On 8 June, a temporary exhibition of Lajos Katona’s original and innovative sculptures opened at the Haáz Rezső Museum in Odorheiu Secuiesc. The exhibition will be open for two months. The exhibition, initiated by the Foundation for the Visually Impaired Hungarians in Transylvania, was opened by sculptor Imre Berze, and the event was enhanced by the performance of Ákos Endes Ábrahám, a multiple award-winning blind poet teller and the visually impaired Csengelle Nagy. The event was hosted by Zoltán Miklós, director of the Museum.
At the age of nine, Lajos Katona lost his right arm and one eye in an explosion accident, which left him completely blind by the age of 18. He completed his high school, then studied philosophy, pedagogy and history at the Babes-Bolyai University. From 1968 to 2003, he teached at the High School for the Visually Impaired in Cluj-Napoca, including geometry for pupils in grades V to VIII.
Over a period of thirty-three years, from 1975 to 2011, he made more than thirty sculptures, some of which can be seen at the exhibition in Odorheiu Secuiesc.
One might think that he intended his sculptures primarily for the blind and visually impaired. This is not the case. “Many people think, my sculptures are for the visually impaired. I always explain that this is not the case. I am interested in how my work is seen and perceived by sighted people. The analysis can only be complete if someone also examines and describes what the sculptures look like based on visual perception.” (Lajos Katona, Blind Sculptor?! Székelyföld, Volume XIII, Issue 4, 2009.)
Asked how he overcame the circumstances – he was not only totally blind but also missing his right hand – he replied that “you can create in any circumstance”.
Lajos Katona sees his work as a kind of experiment: ‘These works were made with the aim of trying out a phenomenon in special education. I was guided in my work by the question of what forms can be produced by using only tactile perception, excluding vision – to use this technical term – how to achieve visually interpretable forms. I work slowly, so my work is very slow. I choose a large raw material – at least lately – I try to realise the original, initial idea, the forms evolve as I go, but the raw material itself gives me an idea and I work with the wood for quite a long time until the system of forms is created. You can see in the forms that there are recognisable form motifs, but there is a lot of spontaneous structure.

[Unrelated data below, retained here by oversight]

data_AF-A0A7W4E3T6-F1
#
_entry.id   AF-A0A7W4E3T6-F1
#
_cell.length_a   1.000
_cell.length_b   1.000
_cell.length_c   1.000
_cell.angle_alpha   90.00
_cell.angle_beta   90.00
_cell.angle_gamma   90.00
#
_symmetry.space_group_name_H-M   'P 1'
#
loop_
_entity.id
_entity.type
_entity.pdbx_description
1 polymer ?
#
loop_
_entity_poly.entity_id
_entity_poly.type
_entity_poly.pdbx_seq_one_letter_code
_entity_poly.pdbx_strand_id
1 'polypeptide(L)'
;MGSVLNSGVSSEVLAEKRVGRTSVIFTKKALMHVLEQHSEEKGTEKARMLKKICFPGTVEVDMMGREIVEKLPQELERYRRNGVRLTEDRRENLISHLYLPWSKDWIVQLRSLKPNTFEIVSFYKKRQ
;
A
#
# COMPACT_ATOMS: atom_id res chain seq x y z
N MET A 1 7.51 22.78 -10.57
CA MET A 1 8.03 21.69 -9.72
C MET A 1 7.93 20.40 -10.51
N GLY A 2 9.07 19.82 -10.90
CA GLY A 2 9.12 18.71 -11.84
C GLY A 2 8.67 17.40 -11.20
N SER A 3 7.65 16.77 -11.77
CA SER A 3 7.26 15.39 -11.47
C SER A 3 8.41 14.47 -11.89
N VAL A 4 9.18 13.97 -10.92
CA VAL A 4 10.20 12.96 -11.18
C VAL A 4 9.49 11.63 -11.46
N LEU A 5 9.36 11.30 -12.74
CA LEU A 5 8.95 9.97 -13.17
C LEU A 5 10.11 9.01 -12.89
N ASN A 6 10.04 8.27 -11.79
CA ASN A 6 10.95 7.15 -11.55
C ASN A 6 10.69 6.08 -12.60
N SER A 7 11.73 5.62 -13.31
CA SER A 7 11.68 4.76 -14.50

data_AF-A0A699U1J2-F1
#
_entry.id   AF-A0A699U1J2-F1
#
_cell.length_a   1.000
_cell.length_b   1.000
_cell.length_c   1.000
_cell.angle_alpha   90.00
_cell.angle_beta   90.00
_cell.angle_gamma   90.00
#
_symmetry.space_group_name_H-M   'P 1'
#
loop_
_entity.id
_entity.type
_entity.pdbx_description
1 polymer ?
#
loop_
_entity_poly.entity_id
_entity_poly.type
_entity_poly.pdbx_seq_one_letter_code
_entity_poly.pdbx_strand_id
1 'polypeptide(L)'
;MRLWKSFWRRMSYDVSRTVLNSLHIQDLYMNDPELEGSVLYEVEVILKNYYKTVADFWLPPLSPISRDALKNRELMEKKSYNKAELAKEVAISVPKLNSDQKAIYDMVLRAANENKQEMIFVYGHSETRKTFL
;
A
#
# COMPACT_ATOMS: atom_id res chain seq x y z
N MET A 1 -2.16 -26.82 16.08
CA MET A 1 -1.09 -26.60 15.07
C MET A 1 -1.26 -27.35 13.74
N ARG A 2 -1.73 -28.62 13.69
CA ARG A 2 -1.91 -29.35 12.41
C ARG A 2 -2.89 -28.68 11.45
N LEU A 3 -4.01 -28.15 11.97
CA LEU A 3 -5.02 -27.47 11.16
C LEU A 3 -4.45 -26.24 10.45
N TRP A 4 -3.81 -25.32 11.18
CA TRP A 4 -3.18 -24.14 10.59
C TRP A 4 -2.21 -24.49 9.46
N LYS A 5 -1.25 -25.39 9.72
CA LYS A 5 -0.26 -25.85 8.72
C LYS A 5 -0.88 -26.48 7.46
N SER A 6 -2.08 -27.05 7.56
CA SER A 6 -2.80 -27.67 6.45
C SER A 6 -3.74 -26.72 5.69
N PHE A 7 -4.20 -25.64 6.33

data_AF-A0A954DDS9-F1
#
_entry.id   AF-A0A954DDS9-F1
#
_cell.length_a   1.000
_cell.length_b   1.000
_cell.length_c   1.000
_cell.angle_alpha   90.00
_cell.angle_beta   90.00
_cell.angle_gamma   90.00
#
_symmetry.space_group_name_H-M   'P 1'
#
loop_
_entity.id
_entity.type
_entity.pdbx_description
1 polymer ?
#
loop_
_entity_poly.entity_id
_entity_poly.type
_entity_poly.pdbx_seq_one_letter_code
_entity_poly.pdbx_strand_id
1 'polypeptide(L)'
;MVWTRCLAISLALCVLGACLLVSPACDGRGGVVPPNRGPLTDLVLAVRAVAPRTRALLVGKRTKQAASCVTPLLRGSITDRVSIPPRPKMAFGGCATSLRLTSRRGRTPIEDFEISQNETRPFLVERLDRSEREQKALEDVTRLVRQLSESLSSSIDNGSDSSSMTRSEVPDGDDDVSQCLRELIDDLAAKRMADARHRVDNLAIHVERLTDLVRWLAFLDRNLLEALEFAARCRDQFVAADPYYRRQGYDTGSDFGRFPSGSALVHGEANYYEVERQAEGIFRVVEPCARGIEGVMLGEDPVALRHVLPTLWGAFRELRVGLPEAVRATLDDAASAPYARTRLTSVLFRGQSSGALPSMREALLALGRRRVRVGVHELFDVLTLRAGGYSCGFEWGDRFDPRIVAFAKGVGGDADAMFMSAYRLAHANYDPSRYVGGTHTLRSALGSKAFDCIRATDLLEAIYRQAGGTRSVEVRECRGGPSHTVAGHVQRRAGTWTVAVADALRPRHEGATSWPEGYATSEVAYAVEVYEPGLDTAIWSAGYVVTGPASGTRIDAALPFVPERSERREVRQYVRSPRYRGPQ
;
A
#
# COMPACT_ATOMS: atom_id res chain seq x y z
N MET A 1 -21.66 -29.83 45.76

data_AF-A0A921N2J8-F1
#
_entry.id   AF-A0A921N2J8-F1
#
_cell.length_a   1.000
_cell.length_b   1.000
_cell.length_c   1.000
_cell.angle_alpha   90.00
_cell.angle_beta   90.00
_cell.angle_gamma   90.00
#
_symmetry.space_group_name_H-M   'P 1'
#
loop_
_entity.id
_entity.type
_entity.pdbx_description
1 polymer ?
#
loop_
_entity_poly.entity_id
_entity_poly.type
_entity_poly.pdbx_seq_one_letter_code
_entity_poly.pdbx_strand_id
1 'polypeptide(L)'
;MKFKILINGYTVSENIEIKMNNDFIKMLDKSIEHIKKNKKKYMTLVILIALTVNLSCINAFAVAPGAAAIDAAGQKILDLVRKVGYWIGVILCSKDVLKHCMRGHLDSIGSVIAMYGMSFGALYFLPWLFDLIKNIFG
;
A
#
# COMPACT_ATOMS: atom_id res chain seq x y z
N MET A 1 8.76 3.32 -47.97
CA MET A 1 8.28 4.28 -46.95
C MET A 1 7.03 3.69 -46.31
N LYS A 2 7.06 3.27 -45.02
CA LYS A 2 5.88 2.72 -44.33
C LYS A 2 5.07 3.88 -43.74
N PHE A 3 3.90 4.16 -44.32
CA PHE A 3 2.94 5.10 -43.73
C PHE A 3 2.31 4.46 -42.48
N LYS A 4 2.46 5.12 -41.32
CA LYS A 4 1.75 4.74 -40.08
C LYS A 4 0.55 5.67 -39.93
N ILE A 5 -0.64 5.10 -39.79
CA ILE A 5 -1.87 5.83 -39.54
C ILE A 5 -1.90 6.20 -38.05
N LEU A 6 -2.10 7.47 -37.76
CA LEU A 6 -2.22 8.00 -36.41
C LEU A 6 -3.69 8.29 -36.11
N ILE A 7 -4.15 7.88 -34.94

In many cases, the wood gives an idea. I usually carve the wood in a way that respects its structure. I carve along the grain. I incorporate elements into the shapes that are specifically recognizable details. These are parts of the human body, or the human as a whole. Because this form is completely accessible to me. The idea that man is the most important form is also significant. This is of interest to everyone.”
“It was intuition and a kind of inner motivation that made me create,” he says in one of his books. His sculptures have a strong impact, radiating strength and humility, philosophical questioning, harmony and love. The works of this blind artist, who can see with his hands, are admirable, his inner vision, inexplicable to many of us, his strong attachment to his visions (some sculptures take years to complete), his willingness to learn and change, his perseverance, his creativity are inimitable. In the words of the sculptor Imre Berze, he has given us a visual gift, his sculptures are “autonomous messages carved out of personal impulse”.
Thank you to the Katona family for the bequest, thank you to the Haáz Rezső Museum for hosting the works for two months, autonomous messages carved out of personal impulse. Thank you to the Museum staff for their meticulousness and professionalism, for presenting the sculptures in a worthy manner. We thank Blanka Pál and Balázs Gagyi for their help, without them this exhibition would not have been possible.
We recommend this unique exhibition to everyone, as it really is a visual gift!